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Tuesday 16 September 2014

The truth may hurt – but it pays off with insurers

Published 30/03/2014 | 02:30

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When you buy insurance, you are taking out a contract of "utmost good faith". So you have a duty to disclose anything to your insurer which could increase your chances of making a claim.

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This duty doesn't just apply when you first buy your policy. If your circumstances change after you buy your policy, such as clocking up penalty points or getting a dangerous driving conviction, you must tell your insurer.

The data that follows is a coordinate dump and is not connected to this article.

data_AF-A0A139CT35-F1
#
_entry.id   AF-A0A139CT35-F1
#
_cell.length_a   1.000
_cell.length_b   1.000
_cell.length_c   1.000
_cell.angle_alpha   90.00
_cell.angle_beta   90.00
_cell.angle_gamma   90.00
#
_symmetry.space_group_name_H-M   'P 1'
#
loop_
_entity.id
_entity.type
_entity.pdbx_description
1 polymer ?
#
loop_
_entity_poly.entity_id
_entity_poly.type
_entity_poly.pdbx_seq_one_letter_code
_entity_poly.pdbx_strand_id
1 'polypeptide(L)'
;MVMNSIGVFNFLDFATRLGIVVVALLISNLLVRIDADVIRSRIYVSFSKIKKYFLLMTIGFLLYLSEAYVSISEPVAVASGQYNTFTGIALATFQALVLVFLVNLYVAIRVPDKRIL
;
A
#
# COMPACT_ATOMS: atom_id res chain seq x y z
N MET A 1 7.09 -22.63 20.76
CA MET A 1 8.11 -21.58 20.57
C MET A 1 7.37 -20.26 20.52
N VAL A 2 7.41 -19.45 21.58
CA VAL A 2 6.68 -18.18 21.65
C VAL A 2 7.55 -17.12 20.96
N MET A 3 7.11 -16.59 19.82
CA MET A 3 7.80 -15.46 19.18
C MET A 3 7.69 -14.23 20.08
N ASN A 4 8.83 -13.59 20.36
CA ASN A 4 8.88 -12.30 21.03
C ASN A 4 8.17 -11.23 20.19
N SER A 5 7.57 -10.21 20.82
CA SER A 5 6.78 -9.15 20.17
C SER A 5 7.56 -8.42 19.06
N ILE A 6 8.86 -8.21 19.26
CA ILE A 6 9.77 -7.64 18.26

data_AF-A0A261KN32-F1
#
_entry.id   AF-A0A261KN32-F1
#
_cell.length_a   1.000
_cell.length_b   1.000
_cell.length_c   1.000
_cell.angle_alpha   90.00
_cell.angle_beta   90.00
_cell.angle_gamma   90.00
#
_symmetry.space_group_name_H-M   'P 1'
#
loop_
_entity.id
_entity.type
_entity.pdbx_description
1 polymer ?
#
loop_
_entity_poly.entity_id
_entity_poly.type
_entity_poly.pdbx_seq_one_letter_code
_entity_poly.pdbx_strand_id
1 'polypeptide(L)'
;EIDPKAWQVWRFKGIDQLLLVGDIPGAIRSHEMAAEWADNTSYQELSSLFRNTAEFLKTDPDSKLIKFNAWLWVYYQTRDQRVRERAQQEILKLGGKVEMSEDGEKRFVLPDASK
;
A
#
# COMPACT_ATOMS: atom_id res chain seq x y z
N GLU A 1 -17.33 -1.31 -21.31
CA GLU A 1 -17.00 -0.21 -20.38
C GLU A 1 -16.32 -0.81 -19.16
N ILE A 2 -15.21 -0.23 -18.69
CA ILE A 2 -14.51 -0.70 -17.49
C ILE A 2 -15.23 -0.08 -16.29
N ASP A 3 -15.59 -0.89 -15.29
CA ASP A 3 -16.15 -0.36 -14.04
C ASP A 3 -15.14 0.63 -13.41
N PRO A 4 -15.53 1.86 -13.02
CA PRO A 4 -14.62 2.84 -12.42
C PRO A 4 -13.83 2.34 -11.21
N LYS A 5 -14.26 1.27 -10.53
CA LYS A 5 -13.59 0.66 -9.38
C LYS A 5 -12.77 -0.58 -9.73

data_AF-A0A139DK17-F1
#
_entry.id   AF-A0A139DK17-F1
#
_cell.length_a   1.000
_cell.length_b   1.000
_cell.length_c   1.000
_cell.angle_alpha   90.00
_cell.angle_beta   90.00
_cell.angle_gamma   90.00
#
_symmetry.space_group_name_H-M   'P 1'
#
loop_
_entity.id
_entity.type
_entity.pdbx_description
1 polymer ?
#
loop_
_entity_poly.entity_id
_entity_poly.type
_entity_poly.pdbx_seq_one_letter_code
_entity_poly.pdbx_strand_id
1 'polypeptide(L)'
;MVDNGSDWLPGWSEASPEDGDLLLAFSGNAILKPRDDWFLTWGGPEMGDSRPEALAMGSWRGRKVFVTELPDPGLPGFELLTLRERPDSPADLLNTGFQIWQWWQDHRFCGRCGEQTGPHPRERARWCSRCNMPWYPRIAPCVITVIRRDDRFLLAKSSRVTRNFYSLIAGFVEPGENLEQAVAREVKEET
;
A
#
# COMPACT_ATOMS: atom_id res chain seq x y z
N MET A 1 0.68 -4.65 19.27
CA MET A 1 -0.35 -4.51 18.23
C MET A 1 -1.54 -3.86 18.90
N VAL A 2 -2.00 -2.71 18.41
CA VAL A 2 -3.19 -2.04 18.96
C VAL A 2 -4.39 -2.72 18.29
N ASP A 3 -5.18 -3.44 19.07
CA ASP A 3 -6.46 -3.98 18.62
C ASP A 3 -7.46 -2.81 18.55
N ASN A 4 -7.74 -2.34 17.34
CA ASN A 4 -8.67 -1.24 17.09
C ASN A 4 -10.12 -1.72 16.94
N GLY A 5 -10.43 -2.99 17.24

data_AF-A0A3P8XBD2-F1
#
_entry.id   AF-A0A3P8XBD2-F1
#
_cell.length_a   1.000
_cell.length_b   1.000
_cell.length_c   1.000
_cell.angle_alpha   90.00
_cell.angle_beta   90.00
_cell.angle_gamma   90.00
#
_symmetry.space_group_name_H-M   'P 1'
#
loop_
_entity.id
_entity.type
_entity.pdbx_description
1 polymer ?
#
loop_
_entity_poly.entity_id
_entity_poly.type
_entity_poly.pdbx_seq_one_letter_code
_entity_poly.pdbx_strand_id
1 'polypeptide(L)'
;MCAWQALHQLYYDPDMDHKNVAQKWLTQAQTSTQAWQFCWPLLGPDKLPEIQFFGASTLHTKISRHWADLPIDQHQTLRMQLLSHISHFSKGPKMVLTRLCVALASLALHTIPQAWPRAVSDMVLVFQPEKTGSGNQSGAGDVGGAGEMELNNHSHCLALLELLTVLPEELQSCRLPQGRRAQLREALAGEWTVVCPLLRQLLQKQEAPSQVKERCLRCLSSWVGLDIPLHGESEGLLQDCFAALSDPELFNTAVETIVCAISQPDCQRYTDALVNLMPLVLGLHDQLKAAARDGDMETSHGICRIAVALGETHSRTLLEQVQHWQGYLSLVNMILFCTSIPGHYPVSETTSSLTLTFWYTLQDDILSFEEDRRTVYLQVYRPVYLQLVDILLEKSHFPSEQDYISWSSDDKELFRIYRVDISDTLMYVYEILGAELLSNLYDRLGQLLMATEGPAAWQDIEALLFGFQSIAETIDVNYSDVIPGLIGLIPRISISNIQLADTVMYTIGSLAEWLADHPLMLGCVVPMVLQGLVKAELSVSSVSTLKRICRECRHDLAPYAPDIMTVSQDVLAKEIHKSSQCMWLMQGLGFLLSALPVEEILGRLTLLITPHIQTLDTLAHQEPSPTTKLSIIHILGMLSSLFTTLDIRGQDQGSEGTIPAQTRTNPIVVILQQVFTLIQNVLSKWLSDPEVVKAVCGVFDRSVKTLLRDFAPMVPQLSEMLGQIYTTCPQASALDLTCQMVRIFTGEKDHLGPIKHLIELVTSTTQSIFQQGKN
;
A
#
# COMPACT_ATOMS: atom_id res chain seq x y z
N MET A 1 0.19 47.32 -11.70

Lying to your insurer could cost you a hell of a lot more than you save on your annual premium by doing so. If your insurer finds out that you haven't been honest, it could cancel your policy – and you will find it more difficult to get insurance elsewhere as a result. Your insurer could also refuse to pay out for a claim.

If you're in a serious car accident, this could leave you footing the bill for hundreds of thousands of euro. If you die and your partner and family are relying on the proceeds of a life insurance policy to make ends meet, your lies could put your loved ones into severe financial difficulty.

Sunday Indo Business

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